Sanctification changes your soul, your individual nature.  Peter talks about that nature in 2 Peter 2:1 and calls it a “divine nature”. It is not achieved of our own accord.  We have no power to become holy outside of the power of God working within us.  But 2 Peter 2:3 says that “His divine power has given to us all things that pertain to life and godliness”. He goes on in verse 4 to say that He has given us great and precious promises, “that through these you may be partakers of the divine nature, having escaped the corruption that is in the world through lust.” Those promises are the commands as to how we are to live in Him.

If we look at the word used in 2 Peter 1:4 for divine “nature”, it is the greek word Physis, (Strongs G5449) and means “the sum of innate properties and powers by which one person differs from others, distinctive native peculiarities, natural characteristics” The divine power of God through the Holy Spirit within us, allows us, through the process of sanctification, to become divine in nature.
How can we see the divine nature working within us?  Peter gives us certain characteristics in verses 5-8.  When we look at the Greek meaning for these characteristics we find that he lists:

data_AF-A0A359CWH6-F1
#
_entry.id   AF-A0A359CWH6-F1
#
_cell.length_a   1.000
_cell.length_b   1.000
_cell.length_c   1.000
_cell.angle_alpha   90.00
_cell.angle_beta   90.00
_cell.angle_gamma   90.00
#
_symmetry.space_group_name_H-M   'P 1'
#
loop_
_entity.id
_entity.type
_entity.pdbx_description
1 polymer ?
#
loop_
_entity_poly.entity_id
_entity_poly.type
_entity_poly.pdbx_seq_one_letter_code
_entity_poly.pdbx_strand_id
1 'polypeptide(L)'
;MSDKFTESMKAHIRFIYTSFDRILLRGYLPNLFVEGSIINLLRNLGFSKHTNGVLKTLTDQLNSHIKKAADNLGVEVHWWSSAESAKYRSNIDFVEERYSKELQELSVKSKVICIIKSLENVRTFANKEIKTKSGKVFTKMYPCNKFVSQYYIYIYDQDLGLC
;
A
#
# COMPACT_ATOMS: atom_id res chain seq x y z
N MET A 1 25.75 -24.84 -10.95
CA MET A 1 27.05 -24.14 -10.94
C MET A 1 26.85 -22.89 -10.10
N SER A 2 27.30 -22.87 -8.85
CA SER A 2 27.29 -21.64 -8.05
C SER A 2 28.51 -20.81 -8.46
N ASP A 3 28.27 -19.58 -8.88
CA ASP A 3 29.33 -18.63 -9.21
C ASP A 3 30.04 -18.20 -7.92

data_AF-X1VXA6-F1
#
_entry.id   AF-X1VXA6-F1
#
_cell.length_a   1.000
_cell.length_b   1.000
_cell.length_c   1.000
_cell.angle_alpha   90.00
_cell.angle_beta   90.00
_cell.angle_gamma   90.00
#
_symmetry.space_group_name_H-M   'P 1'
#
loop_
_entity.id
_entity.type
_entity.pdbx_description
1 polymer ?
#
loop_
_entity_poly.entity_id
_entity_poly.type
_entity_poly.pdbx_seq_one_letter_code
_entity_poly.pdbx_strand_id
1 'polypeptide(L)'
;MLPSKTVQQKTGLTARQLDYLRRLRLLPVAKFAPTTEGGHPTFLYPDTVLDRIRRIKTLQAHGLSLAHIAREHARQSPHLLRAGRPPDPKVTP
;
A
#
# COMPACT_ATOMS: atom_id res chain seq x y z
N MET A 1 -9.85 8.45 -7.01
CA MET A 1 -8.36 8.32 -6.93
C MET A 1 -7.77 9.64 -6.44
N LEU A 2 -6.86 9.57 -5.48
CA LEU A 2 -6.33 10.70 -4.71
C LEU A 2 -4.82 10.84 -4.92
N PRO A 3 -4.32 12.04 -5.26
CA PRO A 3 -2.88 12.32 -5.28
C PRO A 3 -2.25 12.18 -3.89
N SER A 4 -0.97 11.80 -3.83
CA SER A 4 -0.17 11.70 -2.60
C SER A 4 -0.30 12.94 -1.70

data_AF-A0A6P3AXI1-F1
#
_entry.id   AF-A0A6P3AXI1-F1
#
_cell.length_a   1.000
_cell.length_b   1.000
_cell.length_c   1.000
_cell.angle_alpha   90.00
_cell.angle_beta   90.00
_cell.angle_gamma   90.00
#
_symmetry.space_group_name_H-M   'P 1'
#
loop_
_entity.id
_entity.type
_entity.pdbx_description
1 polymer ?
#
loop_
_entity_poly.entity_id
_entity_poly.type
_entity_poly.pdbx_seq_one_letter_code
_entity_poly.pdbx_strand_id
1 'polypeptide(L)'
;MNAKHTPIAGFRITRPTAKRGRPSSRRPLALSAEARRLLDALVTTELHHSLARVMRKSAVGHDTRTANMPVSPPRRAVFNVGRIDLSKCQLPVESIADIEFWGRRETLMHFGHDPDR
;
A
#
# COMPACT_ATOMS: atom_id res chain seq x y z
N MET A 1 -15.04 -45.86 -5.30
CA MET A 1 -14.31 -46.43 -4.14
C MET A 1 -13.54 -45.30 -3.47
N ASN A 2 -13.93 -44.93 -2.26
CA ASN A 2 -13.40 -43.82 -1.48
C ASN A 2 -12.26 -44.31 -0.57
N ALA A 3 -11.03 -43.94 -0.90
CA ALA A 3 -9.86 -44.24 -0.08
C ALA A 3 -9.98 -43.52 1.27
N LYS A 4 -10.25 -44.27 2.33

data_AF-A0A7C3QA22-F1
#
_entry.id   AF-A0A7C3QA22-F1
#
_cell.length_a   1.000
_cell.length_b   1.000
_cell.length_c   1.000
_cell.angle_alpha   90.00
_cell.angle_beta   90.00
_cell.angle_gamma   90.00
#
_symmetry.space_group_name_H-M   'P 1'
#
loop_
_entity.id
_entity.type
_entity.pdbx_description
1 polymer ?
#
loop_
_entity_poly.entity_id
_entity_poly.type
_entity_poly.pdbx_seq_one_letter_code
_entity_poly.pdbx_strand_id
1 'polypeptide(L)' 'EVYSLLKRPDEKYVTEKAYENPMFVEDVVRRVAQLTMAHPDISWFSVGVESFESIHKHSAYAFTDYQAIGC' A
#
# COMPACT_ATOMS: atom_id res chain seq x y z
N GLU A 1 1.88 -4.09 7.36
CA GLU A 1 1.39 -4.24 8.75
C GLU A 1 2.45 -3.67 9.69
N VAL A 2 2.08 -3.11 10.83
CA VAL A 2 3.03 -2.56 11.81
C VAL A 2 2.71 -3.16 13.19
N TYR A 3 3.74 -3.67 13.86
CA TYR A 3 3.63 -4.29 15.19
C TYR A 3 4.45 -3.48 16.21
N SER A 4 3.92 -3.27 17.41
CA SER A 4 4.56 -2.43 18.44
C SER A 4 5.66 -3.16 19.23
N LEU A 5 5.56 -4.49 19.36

·        Faith, the ability to believe with expectation in things not yet seen.

·        Virtue, moral goodness.

·        Knowledge, moral wisdom for living.

·        Self-control, mastering your own desires, passions, and actions.

·        Perseverance, a patient and consistent endurance.

·        Godliness, piety and respect for God.

·        Brotherly kindness, Christians cherishing each other.

·        Love, affections and actions of charity.

·        Knowledge of our Lord Jesus Christ, an intimate relationship with Christ.  

This is the growth pattern of a Christian.  These are the fruits we see and experience, when we grow.  But in order to grow, we have to submit to the Holy Spirit that lives in us and empowers us to take on this divine nature. 
Yes, you do have a choice.  God doesn’t save by compulsion, and He doesn’t sanctify by compulsion.  But as Peter says in verse 9, “he who lacks these things is shortsighted, even to blindness, and has forgotten that he was cleansed from his old sins.” 

It’s often said that a person has lost “the joy of their salvation”.  Even King David did (Psalms 51:12).  Take note that you cannot lose your salvation.  Eternal life is eternal – not temporary (John 3:16, Hebrews 7:25).  Your salvation is not based on your actions, but a gift from God (Romans 6:23, Ephesians 2:8).  But you can lose the joy of your salvation by living in denial that the incorruptible seed is within you.  When you choose to let your spirit lead, rather than the Holy Spirit, you are losing that joy that God provides, the peace in your life that passes all understanding.

Take on the divine nature of God by following the lead of the Holy Spirit within you.  There is joy in serving God, and there is no joy to be found apart from Him.